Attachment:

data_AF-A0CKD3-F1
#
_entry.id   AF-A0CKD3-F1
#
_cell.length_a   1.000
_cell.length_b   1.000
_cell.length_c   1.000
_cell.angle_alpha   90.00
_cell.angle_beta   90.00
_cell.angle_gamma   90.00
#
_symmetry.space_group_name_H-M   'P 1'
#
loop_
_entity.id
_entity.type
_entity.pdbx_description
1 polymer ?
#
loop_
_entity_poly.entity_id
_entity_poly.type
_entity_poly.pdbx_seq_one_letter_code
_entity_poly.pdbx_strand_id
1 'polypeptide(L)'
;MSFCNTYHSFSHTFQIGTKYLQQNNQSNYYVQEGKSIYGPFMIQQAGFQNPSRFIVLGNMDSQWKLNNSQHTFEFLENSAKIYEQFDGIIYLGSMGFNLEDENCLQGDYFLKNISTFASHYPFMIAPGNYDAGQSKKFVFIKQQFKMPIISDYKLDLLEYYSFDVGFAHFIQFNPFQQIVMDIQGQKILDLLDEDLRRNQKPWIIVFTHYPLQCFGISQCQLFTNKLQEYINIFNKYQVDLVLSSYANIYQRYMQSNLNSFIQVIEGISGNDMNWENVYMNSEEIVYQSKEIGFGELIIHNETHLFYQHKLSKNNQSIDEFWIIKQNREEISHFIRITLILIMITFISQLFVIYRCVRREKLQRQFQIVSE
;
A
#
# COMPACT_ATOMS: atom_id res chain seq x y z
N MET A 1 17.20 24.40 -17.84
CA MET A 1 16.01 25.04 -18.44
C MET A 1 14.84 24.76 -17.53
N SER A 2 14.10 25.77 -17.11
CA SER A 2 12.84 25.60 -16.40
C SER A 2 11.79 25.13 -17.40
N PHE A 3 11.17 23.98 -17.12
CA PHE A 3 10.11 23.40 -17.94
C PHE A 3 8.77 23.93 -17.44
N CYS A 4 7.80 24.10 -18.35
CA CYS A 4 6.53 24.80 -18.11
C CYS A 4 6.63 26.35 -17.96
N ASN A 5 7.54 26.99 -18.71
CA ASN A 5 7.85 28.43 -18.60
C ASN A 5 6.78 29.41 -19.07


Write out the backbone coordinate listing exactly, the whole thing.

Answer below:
data_AF-A0CKD3-F1
#
_entry.id   AF-A0CKD3-F1
#
_cell.length_a   1.000
_cell.length_b   1.000
_cell.length_c   1.000
_cell.angle_alpha   90.00
_cell.angle_beta   90.00
_cell.angle_gamma   90.00
#
_symmetry.space_group_name_H-M   'P 1'
#
loop_
_entity.id
_entity.type
_entity.pdbx_description
1 polymer ?
#
loop_
_entity_poly.entity_id
_entity_poly.type
_entity_poly.pdbx_seq_one_letter_code
_entity_poly.pdbx_strand_id
1 'polypeptide(L)'
;MSFCNTYHSFSHTFQIGTKYLQQNNQSNYYVQEGKSIYGPFMIQQAGFQNPSRFIVLGNMDSQWKLNNSQHTFEFLENSAKIYEQFDGIIYLGSMGFNLEDENCLQGDYFLKNISTFASHYPFMIAPGNYDAGQSKKFVFIKQQFKMPIISDYKLDLLEYYSFDVGFAHFIQFNPFQQIVMDIQGQKILDLLDEDLRRNQKPWIIVFTHYPLQCFGISQCQLFTNKLQEYINIFNKYQVDLVLSSYANIYQRYMQSNLNSFIQVIEGISGNDMNWENVYMNSEEIVYQSKEIGFGELIIHNETHLFYQHKLSKNNQSIDEFWIIKQNREEISHFIRITLILIMITFISQLFVIYRCVRREKLQRQFQIVSE
;
A
#
# COMPACT_ATOMS: atom_id res chain seq x y z
N MET A 1 17.20 24.40 -17.84
CA MET A 1 16.01 25.04 -18.44
C MET A 1 14.84 24.76 -17.53
N SER A 2 14.10 25.77 -17.11
CA SER A 2 12.84 25.60 -16.40
C SER A 2 11.79 25.13 -17.40
N PHE A 3 11.17 23.98 -17.12
CA PHE A 3 10.11 23.40 -17.94
C PHE A 3 8.77 23.93 -17.44
N CYS A 4 7.80 24.10 -18.35
CA CYS A 4 6.53 24.80 -18.11
C CYS A 4 6.63 26.35 -17.96
N ASN A 5 7.54 26.99 -18.71
CA ASN A 5 7.85 28.43 -18.60
C ASN A 5 6.78 29.41 -19.07